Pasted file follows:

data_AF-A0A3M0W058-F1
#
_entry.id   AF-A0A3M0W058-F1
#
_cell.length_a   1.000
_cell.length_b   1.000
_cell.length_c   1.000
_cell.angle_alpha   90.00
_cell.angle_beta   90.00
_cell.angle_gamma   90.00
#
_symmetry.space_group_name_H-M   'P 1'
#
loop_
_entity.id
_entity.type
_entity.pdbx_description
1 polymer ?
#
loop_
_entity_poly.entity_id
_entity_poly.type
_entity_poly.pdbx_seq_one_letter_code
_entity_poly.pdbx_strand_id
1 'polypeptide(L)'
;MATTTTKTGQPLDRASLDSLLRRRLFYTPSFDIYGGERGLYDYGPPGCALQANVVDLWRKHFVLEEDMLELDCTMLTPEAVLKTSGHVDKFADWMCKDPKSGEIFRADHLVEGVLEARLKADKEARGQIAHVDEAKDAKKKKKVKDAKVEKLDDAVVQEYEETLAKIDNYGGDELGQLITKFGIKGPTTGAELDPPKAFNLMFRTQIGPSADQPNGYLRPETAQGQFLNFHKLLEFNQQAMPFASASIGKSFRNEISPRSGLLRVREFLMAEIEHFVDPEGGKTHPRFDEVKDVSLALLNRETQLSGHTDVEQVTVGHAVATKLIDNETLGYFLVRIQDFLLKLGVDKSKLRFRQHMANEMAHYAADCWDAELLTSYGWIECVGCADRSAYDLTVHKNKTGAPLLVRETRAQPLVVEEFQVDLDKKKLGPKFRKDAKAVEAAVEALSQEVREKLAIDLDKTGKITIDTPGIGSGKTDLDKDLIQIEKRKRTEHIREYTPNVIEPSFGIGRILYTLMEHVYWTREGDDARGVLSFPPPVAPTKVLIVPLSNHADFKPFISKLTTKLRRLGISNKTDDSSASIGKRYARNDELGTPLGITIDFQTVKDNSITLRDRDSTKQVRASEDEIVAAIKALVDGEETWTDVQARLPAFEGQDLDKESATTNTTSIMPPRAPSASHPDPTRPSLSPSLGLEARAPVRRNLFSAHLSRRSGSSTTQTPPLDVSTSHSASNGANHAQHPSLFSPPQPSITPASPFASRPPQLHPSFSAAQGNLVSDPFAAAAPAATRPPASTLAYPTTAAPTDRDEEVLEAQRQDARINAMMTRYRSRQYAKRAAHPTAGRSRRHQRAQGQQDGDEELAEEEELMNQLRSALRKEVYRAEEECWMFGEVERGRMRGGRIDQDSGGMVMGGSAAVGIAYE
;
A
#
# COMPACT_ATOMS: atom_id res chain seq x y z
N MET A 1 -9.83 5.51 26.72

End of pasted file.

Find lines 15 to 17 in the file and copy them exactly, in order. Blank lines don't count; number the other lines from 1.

_entity.id
_entity.type
_entity.pdbx_description